Pit Barrel Cooker Smoker

The Pit Barrel Cooker May Be Too Easy

The PBC has a rabid cult following for good reason. It is absolutely positively without a doubt the best bargain on a smoker in the world. Period. This baby will cook circles around the cheap offset sideways barrel smokers in the hardware stores because temperature control is so much easier. Best of all, it is only 9 delivered to your door!

Click here to read our detailed review and the raves from people who own them

The Swiss Army Knife Of Thermometers


The smart folks at ThermoWorks have finally done it: The Swiss Army Knife of thermometers, two in one. Start with the industry standard food thermometer, the Thermapen MK4, (Platinum Medal winner) truly instant (2 to 3 seconds) precise (+ or – 0.7°F). Then they built in an infrared thermometer ideal for measuring the temps of pizza stones, griddles, and frying pans (also great for finding leaks around doors and windows in your house).

Click here to read our test results and comprehensive review and why it won our Platinum Medal.

Compact Powerful Sear Machine For Your Next Tailgater


Char-Broil's Grill2Go x200 is a super-portable, fun little sizzler made of heavy, rust-proof cast aluminum. The lid snaps shut. Grab the handle and you're off to the party! Char-Broil's TRU-Infrared design produces searing heat while reducing fuel consumption. A 16 ounce LP gas canister is enough to keep you flipping burgers for hours.

Click here to read our detailed review and to order

The Cool Kettle With The Hinged Hood We Always Wanted

NK-22-Ck Grill

Their NK22CK-C Charcoal Kettle Grill puts a few spins on the familiar kettle design. In fact, the hinged lid with a handle on the front, spins in a rotary motion 180 degrees. It's hard to beat a Weber kettle, but Napoleon holds its own and adds some unique features to make the NK22CK-C a viable alternative.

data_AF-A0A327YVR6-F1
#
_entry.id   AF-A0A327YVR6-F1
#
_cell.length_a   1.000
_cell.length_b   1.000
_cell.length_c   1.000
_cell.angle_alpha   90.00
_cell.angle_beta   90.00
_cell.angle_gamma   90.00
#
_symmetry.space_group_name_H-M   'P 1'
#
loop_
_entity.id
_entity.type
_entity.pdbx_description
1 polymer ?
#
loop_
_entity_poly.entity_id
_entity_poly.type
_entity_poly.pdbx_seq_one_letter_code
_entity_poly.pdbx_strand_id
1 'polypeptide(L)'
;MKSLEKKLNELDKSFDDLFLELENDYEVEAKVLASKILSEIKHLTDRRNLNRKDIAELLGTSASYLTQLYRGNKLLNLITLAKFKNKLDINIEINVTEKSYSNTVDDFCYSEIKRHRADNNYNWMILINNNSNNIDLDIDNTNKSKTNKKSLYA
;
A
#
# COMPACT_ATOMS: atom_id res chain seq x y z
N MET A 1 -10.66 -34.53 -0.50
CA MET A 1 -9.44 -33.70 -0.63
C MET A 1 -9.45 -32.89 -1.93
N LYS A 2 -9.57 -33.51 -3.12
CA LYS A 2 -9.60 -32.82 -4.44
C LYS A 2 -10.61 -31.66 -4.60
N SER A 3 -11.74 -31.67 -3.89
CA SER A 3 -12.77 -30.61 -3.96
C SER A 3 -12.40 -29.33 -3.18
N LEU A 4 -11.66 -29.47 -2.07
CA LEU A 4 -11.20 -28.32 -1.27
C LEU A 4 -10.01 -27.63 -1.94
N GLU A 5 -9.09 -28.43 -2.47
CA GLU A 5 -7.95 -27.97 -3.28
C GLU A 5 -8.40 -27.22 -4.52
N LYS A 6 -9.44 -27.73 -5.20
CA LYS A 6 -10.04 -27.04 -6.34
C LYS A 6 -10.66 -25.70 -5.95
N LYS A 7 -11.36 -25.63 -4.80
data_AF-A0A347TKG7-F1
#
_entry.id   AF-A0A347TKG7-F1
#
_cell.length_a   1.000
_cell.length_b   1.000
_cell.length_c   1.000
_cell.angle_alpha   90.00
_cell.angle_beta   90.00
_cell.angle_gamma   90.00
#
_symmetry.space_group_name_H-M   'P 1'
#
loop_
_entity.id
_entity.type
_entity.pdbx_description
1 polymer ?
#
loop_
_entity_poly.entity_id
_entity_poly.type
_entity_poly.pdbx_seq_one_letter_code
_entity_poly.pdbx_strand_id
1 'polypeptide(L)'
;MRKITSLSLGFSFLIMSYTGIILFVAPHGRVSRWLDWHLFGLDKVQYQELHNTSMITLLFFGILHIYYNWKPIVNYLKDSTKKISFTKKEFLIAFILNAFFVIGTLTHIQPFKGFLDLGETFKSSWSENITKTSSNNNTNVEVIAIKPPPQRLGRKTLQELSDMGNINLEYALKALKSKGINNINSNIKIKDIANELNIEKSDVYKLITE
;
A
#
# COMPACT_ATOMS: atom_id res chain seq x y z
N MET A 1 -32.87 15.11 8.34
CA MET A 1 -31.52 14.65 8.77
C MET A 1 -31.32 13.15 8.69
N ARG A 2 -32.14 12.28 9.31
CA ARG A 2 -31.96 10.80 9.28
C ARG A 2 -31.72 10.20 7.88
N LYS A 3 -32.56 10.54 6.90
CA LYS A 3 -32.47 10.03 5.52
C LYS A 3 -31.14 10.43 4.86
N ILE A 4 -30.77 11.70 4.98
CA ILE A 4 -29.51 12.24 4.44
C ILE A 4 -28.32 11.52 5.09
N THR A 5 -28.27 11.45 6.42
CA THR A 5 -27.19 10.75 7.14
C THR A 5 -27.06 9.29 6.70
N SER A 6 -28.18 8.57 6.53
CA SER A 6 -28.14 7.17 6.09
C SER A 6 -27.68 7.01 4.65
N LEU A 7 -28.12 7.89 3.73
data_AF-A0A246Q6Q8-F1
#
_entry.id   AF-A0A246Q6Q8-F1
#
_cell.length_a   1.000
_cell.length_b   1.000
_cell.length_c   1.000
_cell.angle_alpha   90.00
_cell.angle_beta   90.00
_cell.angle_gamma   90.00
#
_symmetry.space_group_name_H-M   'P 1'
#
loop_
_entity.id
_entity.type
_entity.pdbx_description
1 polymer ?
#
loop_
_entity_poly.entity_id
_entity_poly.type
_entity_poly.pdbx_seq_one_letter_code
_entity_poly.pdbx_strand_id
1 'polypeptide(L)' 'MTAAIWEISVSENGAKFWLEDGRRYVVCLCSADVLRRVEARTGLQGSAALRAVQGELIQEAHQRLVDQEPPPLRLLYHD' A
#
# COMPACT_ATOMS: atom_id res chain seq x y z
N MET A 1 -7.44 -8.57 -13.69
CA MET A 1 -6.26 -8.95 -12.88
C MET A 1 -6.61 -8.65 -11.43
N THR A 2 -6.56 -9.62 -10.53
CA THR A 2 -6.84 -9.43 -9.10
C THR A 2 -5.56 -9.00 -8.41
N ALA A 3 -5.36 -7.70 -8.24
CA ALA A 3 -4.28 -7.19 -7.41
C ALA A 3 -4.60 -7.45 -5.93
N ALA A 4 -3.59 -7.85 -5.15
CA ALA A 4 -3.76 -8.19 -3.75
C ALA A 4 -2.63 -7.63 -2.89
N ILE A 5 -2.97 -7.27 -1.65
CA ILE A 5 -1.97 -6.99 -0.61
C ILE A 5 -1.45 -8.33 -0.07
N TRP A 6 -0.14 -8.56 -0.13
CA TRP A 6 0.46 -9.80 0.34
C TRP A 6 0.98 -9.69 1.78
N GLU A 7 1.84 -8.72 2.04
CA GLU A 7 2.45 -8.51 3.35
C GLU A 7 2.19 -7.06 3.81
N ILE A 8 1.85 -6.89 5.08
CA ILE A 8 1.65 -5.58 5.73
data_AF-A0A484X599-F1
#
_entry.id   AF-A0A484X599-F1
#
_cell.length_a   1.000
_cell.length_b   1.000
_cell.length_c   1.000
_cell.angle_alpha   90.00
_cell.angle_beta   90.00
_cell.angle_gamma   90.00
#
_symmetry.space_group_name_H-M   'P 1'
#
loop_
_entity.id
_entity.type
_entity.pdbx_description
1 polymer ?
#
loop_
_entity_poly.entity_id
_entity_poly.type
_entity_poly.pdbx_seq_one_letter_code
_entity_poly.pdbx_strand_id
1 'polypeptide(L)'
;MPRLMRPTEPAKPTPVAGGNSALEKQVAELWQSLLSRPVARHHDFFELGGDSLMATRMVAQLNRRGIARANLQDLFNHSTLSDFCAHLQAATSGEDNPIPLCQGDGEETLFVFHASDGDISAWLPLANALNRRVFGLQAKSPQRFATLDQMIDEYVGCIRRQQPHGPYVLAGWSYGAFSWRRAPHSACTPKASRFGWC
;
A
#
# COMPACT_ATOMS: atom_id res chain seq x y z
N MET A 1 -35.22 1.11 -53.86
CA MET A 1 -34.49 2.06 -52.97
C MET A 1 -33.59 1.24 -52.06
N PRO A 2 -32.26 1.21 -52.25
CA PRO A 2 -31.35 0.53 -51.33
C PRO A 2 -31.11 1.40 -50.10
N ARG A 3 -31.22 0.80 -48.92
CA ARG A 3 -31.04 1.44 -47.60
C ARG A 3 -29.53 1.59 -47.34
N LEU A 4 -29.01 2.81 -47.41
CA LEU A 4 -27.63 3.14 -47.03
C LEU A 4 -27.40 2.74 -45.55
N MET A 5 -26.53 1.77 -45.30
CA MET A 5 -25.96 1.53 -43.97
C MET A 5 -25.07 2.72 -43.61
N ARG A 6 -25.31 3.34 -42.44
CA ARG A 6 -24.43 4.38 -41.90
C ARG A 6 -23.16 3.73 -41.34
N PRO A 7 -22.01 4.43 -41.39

Click here for more about what makes this grill special


G&F Suede Welder's Gloves

Heat Resistant Gloves With Extra Long Sleeves Hold The Hot Stuff

If you're using oven mitts at the grill, it's time to trade up. Say hello to these suede welder's gloves. They're heat resistant enough to handle hot grill grates, and flexible enough to handle tongs. The extra long sleeves even let you reach deep into the firebox to move hot logs without getting burned. Our Fave.

Click here to read our detailed review

Click here to order from Amazon

GrillGrates Take Gas Grills To The Infrared Zone

grill grates

GrillGrates(TM) amplify heat, prevent flareups, make flipping foods easier, keep small foods from committing suicide, kill hotspots, are easier to clean, flip over to make a fine griddle, and can be easily removed and moved from one grill to another. You can even throw wood chips, pellets, or sawdust between the rails and deliver a quick burst of smoke to whatever is above. Every gas grill needs them.

Click here for more about what makes these grates so special

kareubequ bbq smoker

Our Favorite Backyard Smoker

The amazing Karubecue is the most innovative smoker in the world. The quality of meat from this machine is astonishing. At its crux is a patented firebox that burns logs above the cooking chamber and sucks heat and extremely clean blue smoke into the thermostat controlled oven. It is our favorite smoker, period.

Click here for our review of this superb smoker

Masterbuilt MPS 340/G ThermoTemp XL Propane Smoker

masterbuilt gas smoker

The First Propane Smoker With A Thermostat Makes This Baby Foolproof